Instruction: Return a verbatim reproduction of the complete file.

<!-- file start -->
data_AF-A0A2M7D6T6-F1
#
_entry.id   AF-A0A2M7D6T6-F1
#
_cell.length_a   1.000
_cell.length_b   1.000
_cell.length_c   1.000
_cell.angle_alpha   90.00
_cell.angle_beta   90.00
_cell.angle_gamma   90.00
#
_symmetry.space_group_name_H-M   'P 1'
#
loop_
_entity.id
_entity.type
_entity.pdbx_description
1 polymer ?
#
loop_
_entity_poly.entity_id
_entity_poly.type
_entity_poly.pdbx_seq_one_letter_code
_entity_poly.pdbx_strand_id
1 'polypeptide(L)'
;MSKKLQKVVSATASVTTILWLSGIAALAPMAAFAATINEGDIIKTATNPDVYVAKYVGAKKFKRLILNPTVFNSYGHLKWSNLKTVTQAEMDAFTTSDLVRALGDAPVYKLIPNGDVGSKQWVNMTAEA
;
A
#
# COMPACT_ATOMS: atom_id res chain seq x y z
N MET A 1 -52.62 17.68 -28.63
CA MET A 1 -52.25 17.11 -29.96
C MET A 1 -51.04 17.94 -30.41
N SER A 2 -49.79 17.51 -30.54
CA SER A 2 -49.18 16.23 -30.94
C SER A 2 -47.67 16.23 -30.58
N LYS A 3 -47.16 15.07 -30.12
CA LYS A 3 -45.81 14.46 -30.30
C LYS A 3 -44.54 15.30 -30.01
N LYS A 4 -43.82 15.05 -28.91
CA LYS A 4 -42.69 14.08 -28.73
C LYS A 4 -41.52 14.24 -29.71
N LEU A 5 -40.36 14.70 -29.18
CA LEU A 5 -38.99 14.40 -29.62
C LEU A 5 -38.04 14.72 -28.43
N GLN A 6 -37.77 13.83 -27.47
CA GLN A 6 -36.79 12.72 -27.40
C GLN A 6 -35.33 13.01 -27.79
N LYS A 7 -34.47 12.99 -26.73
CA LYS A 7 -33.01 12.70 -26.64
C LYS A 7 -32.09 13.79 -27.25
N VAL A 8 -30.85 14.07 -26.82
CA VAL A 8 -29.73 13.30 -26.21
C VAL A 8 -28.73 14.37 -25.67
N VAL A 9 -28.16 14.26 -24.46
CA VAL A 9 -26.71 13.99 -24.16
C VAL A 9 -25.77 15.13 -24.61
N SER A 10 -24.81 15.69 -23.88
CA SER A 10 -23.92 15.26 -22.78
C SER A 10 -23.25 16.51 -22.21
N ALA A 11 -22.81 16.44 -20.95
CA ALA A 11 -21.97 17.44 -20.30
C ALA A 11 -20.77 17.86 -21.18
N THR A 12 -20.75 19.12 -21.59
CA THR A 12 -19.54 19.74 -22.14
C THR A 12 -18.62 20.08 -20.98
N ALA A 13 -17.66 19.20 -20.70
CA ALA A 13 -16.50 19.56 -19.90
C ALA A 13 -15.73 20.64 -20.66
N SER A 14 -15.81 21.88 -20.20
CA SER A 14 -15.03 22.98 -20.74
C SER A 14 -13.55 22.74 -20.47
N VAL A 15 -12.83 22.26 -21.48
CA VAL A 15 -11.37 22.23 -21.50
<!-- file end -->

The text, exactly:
data_AF-A0A2M7D6T6-F1
#
_entry.id   AF-A0A2M7D6T6-F1
#
_cell.length_a   1.000
_cell.length_b   1.000
_cell.length_c   1.000
_cell.angle_alpha   90.00
_cell.angle_beta   90.00
_cell.angle_gamma   90.00
#
_symmetry.space_group_name_H-M   'P 1'
#
loop_
_entity.id
_entity.type
_entity.pdbx_description
1 polymer ?
#
loop_
_entity_poly.entity_id
_entity_poly.type
_entity_poly.pdbx_seq_one_letter_code
_entity_poly.pdbx_strand_id
1 'polypeptide(L)'
;MSKKLQKVVSATASVTTILWLSGIAALAPMAAFAATINEGDIIKTATNPDVYVAKYVGAKKFKRLILNPTVFNSYGHLKWSNLKTVTQAEMDAFTTSDLVRALGDAPVYKLIPNGDVGSKQWVNMTAEA
;
A
#
# COMPACT_ATOMS: atom_id res chain seq x y z
N MET A 1 -52.62 17.68 -28.63
CA MET A 1 -52.25 17.11 -29.96
C MET A 1 -51.04 17.94 -30.41
N SER A 2 -49.79 17.51 -30.54
CA SER A 2 -49.18 16.23 -30.94
C SER A 2 -47.67 16.23 -30.58
N LYS A 3 -47.16 15.07 -30.12
CA LYS A 3 -45.81 14.46 -30.30
C LYS A 3 -44.54 15.30 -30.01
N LYS A 4 -43.82 15.05 -28.91
CA LYS A 4 -42.69 14.08 -28.73
C LYS A 4 -41.52 14.24 -29.71
N LEU A 5 -40.36 14.70 -29.18
CA LEU A 5 -38.99 14.40 -29.62
C LEU A 5 -38.04 14.72 -28.43
N GLN A 6 -37.77 13.83 -27.47
CA GLN A 6 -36.79 12.72 -27.40
C GLN A 6 -35.33 13.01 -27.79
N LYS A 7 -34.47 12.99 -26.73
CA LYS A 7 -33.01 12.70 -26.64
C LYS A 7 -32.09 13.79 -27.25
N VAL A 8 -30.85 14.07 -26.82
CA VAL A 8 -29.73 13.30 -26.21
C VAL A 8 -28.73 14.37 -25.67
N VAL A 9 -28.16 14.26 -24.46
CA VAL A 9 -26.71 13.99 -24.16
C VAL A 9 -25.77 15.13 -24.61
N SER A 10 -24.81 15.69 -23.88
CA SER A 10 -23.92 15.26 -22.78
C SER A 10 -23.25 16.51 -22.21
N ALA A 11 -22.81 16.44 -20.95
CA ALA A 11 -21.97 17.44 -20.30
C ALA A 11 -20.77 17.86 -21.18
N THR A 12 -20.75 19.12 -21.59
CA THR A 12 -19.54 19.74 -22.14
C THR A 12 -18.62 20.08 -20.98
N ALA A 13 -17.66 19.20 -20.70
CA ALA A 13 -16.50 19.56 -19.90
C ALA A 13 -15.73 20.64 -20.66
N SER A 14 -15.81 21.88 -20.20
CA SER A 14 -15.03 22.98 -20.74
C SER A 14 -13.55 22.74 -20.47
N VAL A 15 -12.83 22.26 -21.48
CA VAL A 15 -11.37 22.23 -21.50